31 Facts About Adolphus Greely


Adolphus Washington Greely was a United States Army officer and polar explorer.


Adolphus Greely attained the rank of major general and was a recipient of the Medal of Honor.


Adolphus Greely received his commission as a second lieutenant in 1863 and was promoted to first lieutenant in 1864 and captain in 1865.


In March 1887, Adolphus Greely was serving as a captain when President Grover Cleveland appointed him as the Army's Chief Signal Officer with the rank of brigadier general.


Adolphus Greely left the Army in 1908 after reaching the mandatory retirement age of 64.


In retirement, Adolphus Greely authored numerous magazine articles and books on his Arctic experiences.


Adolphus Greely was born in Newburyport, Massachusetts, on March 27,1844, the son of John Balch Greeley and Frances Dunn Cobb Adolphus Greely.

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Adolphus Greely was educated in Newburyport and was an 1860 graduate of Brown High School.


Adolphus Greely was promoted to first lieutenant on 26 April 1864 and to captain on 4 April 1865.


Adolphus Greely was mustered out of the Volunteer Army on 22 March 1867.


From 1865 to 1867, Adolphus Greely took part in the post-war occupation of New Orleans.


Adolphus Greely was commissioned as a second lieutenant in the 36th Infantry Regiment of the Regular Army on 7 March 1867 and was reassigned to the 5th Cavalry Regiment on 14 July 1869 after the 36th Infantry was disbanded.


Adolphus Greely was detailed for service with the Signal Corps from 1871 to 1880, and he was promoted to first lieutenant on 27 May 1873.


Adolphus Greely's efforts helped establish the floodplains of the Mississippi, Missouri, and Ohio Rivers, which facilitated Corps of Engineers flood control projects.


In 1881, First Lieutenant Adolphus Greely was named to command the Lady Franklin Bay Expedition.


Adolphus Greely was without previous Arctic experience, but he and his party succeeded in discovering and exploring many much of the coast of northwest Greenland.


In 1882, Adolphus Greely sighted a mountain range during a dog sledding exploration to the interior of northern Ellesmere Island and named it the Conger Range.


Adolphus Greely's party ran into difficulty when two supply parties failed to reach Adolphus Greely's encampment at Fort Conger on Ellesmere Island in 1882 and 1883.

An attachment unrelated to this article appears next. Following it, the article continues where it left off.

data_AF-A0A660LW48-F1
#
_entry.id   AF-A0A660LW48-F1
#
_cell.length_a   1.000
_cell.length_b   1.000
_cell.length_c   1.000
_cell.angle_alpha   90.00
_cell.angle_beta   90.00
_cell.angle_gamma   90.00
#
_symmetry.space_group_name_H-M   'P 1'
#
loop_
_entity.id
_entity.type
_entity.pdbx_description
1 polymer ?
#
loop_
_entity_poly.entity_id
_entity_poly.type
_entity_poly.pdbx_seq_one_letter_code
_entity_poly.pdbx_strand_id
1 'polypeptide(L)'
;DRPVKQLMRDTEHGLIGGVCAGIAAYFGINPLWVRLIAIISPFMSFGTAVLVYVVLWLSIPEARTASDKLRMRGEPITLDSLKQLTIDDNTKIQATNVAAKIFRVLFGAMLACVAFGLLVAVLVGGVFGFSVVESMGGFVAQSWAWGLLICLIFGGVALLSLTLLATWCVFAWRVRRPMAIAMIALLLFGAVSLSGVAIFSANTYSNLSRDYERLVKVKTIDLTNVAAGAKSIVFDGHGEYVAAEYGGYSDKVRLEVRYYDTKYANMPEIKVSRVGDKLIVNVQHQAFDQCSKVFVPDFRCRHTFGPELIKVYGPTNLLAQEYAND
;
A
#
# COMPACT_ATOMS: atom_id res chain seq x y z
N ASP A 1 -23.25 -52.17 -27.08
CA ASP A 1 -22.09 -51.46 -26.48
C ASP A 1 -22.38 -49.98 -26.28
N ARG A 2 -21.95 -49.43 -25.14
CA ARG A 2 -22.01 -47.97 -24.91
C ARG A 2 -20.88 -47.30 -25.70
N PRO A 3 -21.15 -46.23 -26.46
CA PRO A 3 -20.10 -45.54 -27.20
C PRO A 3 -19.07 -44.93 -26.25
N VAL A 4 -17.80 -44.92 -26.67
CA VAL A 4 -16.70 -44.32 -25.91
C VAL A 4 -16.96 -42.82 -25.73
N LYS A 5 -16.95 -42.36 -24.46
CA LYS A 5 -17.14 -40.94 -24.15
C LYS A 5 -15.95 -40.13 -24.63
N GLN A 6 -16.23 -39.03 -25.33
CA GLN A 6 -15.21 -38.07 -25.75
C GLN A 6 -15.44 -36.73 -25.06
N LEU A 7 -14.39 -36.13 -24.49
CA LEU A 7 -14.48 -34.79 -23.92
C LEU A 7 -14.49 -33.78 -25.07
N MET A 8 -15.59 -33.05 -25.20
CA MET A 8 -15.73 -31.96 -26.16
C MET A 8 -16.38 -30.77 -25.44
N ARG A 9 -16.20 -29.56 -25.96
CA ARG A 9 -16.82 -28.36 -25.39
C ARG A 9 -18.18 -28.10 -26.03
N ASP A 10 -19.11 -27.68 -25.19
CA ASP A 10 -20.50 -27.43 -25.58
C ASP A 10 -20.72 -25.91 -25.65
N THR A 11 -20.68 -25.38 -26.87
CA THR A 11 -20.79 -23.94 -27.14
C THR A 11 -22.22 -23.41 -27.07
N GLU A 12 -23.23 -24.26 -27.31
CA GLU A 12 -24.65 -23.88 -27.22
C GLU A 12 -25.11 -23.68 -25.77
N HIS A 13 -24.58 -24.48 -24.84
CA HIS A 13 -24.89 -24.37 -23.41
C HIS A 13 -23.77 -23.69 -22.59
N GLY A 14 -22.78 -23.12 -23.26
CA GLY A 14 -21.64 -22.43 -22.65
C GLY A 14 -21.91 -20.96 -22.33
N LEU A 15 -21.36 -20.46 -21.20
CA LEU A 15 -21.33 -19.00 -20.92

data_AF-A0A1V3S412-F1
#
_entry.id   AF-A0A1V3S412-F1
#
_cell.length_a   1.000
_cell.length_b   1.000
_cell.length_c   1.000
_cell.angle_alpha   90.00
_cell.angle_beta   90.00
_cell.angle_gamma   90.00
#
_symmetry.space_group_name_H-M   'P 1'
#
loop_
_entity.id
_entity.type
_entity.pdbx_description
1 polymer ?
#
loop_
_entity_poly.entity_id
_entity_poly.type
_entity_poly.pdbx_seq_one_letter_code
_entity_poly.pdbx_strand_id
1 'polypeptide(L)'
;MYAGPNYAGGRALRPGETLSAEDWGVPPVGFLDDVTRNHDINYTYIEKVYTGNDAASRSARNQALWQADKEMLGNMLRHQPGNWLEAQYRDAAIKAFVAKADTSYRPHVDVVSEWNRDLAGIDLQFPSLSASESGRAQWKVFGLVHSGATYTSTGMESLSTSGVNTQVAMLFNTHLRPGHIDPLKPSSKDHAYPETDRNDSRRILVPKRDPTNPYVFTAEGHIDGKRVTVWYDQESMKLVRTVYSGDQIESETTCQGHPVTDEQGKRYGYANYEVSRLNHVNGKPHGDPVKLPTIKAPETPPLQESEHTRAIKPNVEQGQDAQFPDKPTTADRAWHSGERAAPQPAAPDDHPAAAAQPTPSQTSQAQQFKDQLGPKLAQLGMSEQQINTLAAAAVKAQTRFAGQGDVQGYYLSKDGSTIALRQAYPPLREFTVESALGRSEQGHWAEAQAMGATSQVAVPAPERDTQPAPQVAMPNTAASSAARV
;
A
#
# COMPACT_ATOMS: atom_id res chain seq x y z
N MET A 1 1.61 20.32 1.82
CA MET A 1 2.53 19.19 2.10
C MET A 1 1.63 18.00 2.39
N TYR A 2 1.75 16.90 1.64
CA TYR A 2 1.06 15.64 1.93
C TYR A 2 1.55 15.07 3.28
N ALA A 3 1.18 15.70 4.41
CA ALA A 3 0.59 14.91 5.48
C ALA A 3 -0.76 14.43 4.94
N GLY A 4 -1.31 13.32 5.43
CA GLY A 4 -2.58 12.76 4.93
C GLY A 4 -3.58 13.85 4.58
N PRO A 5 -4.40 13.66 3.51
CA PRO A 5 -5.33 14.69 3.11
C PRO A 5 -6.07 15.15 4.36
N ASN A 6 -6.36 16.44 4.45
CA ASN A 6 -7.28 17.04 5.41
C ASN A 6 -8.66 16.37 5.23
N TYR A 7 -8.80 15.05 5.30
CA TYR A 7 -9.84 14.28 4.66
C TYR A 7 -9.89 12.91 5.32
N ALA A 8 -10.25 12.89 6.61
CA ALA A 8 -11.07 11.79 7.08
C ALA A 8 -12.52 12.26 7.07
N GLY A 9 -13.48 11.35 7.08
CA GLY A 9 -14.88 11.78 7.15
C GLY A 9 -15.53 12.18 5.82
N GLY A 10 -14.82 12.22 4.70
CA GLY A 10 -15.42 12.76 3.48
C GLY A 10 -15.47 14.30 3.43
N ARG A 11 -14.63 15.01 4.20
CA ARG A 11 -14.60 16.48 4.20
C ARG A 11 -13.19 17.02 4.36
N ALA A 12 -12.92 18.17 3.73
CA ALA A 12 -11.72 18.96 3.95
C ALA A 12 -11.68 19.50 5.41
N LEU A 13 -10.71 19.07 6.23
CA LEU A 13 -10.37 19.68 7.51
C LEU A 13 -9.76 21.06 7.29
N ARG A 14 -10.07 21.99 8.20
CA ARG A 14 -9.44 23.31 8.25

Adolphus Greely's team reached Cape Sabine expecting to find food and equipment left by the supply ships, but these had not been provided.


An exhibition on the Adolphus Greely expedition was part of the Columbian Exposition in 1893 and was captured on stereoscopic images.


Adolphus Greely represented the United States at the 1903 International Telegraph Congress in London and the 1903 International Wireless Telegraph Congress in Berlin.


In 1908, Adolphus Greely reached the mandatory retirement age of 64.


In 1890, Adolphus Greely was a founding member of the District of Columbia Society of the Sons of the American Revolution and was elected vice president.


Adolphus Greely was a companion of the District of Columbia Commandery of the Military Order of the Loyal Legion of the United States.


Adolphus Greely was a member of the General Society of the War of 1812 and Grand Army of the Republic.

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Fort Adolphus Greely, located 100 miles southeast of Fairbanks, Alaska, was named for Adolphus Greely in 1942.


An earlier Fort Greely, named for Adolphus Greely, was located on Kodiak Island, Alaska.


In 1878, Adolphus Greely married Henrietta Nesmith, and they remained married until her death in 1918.


Henrietta Adolphus Greely was a member of the Daughters of the American Revolution and one of the founding vice presidents general of the Children of the American Revolution.


Adolphus Greely was awarded the Royal Geographical Society's Founder's Medal in 1886.


In 1886, Adolphus Greely received the Roquette Medal of the Societe de Geographie.